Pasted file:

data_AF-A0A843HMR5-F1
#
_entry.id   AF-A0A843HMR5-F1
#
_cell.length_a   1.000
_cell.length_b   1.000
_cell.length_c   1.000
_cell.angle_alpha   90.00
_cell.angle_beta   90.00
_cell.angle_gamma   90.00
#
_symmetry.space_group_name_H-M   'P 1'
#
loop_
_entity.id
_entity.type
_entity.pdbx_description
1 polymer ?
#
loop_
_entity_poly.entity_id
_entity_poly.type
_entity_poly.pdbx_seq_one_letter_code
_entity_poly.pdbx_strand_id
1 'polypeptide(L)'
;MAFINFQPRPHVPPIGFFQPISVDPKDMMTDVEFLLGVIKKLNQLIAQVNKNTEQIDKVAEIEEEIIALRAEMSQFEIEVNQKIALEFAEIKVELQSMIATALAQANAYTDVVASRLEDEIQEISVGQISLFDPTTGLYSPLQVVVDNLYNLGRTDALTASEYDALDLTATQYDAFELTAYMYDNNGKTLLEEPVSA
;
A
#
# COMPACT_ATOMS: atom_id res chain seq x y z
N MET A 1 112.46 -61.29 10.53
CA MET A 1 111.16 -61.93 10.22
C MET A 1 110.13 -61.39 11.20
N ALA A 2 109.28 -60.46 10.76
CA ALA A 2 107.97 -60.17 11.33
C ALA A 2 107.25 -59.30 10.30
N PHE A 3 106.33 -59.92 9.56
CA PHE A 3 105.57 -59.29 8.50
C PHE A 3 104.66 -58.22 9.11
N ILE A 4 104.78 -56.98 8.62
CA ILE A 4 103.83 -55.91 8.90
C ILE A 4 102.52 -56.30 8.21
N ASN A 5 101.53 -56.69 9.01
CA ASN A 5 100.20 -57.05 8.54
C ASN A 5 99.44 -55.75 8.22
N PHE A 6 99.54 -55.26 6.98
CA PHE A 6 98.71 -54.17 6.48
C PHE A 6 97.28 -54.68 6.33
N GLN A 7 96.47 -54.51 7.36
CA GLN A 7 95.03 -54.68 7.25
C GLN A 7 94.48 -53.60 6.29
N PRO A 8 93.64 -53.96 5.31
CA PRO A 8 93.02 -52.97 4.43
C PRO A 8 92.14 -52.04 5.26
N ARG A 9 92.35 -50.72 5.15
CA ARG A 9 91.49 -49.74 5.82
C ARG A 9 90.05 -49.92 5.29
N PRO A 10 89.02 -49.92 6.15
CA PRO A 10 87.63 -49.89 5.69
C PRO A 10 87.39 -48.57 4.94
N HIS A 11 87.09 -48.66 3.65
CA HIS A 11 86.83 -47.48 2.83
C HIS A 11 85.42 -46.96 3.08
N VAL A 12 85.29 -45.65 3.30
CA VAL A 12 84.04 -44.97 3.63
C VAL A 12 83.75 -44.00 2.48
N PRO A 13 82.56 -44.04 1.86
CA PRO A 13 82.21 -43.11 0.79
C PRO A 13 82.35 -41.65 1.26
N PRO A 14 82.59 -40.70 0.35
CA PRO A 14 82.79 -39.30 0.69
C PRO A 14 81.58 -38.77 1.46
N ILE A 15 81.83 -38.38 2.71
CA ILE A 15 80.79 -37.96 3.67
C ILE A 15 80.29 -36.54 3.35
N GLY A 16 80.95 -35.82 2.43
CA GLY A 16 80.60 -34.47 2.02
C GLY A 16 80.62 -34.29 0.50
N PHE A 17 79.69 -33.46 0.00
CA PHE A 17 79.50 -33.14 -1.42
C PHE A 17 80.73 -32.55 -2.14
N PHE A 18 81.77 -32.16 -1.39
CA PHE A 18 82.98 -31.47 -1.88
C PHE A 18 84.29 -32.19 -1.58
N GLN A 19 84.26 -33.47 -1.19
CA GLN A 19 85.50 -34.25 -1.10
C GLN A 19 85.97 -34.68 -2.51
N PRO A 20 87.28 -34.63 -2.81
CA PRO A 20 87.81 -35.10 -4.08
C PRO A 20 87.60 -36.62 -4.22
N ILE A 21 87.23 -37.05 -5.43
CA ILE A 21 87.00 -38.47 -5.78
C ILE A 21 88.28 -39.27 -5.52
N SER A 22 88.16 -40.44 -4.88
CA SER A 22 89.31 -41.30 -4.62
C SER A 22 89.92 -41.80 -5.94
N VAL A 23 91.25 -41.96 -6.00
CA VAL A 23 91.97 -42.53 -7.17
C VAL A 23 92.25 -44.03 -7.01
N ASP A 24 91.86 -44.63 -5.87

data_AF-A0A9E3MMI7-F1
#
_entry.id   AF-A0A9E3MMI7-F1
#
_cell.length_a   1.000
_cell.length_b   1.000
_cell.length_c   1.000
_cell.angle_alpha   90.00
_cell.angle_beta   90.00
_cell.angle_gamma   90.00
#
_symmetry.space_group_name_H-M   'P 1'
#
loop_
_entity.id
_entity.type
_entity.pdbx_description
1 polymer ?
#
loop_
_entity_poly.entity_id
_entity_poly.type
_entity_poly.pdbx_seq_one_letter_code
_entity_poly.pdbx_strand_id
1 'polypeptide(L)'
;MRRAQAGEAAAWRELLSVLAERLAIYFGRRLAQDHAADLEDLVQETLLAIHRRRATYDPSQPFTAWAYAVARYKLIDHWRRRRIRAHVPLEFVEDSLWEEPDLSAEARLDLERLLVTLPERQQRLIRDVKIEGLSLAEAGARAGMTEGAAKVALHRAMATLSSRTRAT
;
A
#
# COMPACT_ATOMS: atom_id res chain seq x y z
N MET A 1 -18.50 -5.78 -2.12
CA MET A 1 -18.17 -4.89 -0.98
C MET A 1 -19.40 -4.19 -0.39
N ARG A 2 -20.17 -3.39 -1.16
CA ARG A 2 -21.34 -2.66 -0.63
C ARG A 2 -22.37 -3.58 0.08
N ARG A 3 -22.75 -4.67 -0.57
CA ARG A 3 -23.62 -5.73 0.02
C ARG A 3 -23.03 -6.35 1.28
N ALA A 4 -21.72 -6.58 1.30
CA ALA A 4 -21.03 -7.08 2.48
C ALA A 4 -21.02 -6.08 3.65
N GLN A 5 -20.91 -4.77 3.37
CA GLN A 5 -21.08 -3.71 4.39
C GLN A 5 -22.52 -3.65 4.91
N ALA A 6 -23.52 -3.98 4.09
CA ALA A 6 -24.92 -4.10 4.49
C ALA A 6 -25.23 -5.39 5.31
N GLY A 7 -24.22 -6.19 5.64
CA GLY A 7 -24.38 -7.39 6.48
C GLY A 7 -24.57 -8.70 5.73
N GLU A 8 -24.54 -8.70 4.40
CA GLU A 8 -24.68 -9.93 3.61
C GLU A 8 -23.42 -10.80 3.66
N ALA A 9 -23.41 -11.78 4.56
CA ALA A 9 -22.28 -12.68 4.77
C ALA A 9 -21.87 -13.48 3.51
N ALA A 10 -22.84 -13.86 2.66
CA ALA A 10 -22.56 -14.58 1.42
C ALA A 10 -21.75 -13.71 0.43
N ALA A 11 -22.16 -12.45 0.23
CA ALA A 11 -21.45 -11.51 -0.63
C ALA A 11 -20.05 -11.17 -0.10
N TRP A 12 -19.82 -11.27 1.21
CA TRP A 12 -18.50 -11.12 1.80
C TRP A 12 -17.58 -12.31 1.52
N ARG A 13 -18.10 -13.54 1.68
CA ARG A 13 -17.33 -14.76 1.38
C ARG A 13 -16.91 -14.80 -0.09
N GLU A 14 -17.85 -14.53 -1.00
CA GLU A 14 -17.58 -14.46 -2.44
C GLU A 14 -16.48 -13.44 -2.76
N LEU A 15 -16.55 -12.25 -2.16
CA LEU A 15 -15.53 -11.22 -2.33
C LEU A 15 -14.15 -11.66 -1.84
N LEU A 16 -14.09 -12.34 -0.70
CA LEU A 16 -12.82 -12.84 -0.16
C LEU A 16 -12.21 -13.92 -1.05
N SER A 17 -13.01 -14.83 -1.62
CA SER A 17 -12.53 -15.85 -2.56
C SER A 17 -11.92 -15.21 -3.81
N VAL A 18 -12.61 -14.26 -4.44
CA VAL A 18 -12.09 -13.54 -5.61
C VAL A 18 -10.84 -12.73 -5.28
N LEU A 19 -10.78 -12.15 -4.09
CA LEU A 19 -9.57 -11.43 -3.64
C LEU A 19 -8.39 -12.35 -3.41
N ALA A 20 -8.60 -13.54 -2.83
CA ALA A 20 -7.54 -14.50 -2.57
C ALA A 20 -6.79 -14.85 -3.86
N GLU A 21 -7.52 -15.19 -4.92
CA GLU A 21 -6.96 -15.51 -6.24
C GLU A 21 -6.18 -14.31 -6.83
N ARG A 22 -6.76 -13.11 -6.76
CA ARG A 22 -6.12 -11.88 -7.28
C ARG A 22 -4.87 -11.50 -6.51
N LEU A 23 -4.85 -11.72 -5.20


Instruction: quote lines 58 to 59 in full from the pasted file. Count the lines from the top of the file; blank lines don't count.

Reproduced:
N PRO A 10 89.02 -49.92 6.15
CA PRO A 10 87.63 -49.89 5.69